Weaker Performance in Municipals as Higher Rates Pressure Relative Valuations
October 28, 2021Download PDF
THIRD QUARTER MUNICIPAL BONDS UPDATE
After a solid start to the quarter with Treasury 10yr rates falling by 25 basis points (bps) during July, the balance of the quarter saw rates move higher. Treasury 10yr rates over the last two months of the quarter moved higher by 26bps, as the market grappled with a combination of persistent inflation, along with potential monetary and fiscal policy changes (Source: Bloomberg). The municipal market was weaker in sympathy with the Treasury market, but with a curve steepening bias. Over the same time period, tax-exempt rates in 10yrs moved higher by 32bps, with the slope of the yield curve from 2 to 10yrs steepening by 20bps. Relative valuation metrics moved to weaker levels as well, with 10yr ratios of municipal-to-Treasury yields moving from the quarter’s low point of 59% on July 14th to finish the quarter 17 percentage points higher at 76.6% (Source: Refinitiv, Bloomberg). Taxable municipals spreads during the quarter were also weaker, but most of the widening was observed on the long end of the yield curve. In reviewing data compiled by AAM, ‘AAA’ muni spreads over the quarter moved wider by 2 and 8bps in 10 and 30yrs, respectively. Spreads on the front end of the yield curve were essentially unchanged.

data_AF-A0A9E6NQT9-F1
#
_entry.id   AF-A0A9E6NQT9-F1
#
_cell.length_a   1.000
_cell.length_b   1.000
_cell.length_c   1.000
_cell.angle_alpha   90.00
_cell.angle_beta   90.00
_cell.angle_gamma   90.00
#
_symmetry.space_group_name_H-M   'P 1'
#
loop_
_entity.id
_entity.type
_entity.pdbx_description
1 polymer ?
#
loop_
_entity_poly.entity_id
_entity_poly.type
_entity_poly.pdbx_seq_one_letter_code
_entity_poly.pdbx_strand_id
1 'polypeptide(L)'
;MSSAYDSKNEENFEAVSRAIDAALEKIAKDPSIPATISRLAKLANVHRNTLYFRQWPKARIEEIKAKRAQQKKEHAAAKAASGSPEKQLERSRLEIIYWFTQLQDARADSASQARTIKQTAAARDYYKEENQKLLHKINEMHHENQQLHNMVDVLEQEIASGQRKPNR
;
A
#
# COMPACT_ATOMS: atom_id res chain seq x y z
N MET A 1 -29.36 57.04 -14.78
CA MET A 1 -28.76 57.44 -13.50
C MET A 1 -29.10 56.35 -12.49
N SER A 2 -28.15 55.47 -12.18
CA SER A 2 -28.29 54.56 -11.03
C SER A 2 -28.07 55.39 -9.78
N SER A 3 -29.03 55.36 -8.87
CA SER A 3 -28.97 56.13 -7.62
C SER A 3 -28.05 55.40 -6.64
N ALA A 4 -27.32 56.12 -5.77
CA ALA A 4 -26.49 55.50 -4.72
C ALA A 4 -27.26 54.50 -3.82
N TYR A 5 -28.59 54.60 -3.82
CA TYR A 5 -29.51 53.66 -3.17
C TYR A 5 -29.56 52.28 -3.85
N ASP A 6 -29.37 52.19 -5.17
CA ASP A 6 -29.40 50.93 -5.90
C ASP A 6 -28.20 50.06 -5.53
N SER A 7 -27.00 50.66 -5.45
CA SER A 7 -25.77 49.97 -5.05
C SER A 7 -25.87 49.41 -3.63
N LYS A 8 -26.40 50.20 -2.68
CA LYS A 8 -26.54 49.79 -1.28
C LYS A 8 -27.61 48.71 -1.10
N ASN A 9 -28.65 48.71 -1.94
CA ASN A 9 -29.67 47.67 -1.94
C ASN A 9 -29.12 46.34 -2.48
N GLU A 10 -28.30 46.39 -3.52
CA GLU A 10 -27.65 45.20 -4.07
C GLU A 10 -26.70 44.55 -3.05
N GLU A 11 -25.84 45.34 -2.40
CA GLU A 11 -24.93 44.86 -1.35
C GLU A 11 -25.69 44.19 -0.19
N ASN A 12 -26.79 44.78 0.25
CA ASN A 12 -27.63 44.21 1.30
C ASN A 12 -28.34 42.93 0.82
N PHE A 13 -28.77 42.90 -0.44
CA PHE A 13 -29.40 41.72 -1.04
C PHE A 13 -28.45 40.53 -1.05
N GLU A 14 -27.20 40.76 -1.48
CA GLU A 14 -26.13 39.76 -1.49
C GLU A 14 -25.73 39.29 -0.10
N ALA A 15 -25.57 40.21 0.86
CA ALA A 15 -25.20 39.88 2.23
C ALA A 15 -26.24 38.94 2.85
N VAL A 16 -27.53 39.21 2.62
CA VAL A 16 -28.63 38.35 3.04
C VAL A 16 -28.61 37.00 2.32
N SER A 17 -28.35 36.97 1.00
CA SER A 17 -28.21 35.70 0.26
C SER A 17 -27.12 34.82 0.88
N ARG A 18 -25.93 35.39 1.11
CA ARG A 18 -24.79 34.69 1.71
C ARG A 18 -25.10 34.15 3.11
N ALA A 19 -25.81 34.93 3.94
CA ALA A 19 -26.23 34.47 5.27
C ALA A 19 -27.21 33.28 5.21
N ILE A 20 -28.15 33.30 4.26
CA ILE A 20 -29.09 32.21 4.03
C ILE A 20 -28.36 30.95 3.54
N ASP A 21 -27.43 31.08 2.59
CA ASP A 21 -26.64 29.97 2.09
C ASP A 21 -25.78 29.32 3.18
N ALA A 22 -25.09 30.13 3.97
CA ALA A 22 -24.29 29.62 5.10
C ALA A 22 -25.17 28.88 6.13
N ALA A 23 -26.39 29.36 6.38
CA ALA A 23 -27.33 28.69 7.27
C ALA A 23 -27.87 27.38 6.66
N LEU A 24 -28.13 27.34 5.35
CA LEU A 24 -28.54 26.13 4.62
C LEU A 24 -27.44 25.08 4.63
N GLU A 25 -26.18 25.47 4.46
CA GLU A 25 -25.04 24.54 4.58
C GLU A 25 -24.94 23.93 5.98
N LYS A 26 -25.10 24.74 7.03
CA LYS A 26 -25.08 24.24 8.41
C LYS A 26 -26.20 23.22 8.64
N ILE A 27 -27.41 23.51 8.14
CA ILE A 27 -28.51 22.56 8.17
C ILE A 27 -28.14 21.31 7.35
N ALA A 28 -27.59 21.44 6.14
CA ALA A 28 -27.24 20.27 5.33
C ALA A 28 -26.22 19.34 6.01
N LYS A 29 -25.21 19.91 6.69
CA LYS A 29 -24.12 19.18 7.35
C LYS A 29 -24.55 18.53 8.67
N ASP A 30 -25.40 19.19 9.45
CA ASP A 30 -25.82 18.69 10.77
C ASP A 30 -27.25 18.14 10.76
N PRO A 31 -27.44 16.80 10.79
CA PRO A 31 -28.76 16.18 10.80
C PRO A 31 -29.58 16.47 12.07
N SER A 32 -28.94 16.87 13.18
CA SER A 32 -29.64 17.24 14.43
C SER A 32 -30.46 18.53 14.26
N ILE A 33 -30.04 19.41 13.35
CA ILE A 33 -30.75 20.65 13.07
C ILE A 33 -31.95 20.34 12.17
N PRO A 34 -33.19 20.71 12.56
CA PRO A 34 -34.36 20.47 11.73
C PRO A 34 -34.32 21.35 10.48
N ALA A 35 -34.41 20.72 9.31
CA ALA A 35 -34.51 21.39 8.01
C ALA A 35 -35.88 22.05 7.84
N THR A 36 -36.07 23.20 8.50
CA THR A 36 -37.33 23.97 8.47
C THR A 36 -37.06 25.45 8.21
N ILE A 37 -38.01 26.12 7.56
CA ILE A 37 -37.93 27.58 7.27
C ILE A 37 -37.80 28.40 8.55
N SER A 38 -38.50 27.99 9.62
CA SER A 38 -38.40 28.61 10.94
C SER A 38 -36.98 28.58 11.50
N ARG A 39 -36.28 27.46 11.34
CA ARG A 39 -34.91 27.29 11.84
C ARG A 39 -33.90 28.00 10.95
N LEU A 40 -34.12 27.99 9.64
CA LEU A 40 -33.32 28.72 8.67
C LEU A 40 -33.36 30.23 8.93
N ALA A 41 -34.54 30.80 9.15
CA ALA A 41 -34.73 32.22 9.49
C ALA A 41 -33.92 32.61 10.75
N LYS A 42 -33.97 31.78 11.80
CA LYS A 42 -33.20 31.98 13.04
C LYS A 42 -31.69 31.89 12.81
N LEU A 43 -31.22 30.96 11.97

Technicals were Favorable
Although the municipal market saw relative valuations pressured lower over the quarter, supply/demand imbalances were favorable for the sector. Total new issue supply averaged $38 billion per month during the quarter, while an extraordinarily high cycle of reinvestment flows produced an average of $52.6 <Running Header>billion per month of coupons/calls/maturities, outstripping monthly supply by $14B (Source: Bond Buyer, Citigroup).
In addition to the strong reinvestment flows, mutual fund inflows continued to run at a record pace. On a year-to-date basis, overall muni fund inflows totaled ~$89 billion by the end of the quarter. For funds that report on a weekly basis, these inflows averaged a very strong $1.4 billion per week for the quarter (Source: Lipper).
Muted Trading Volume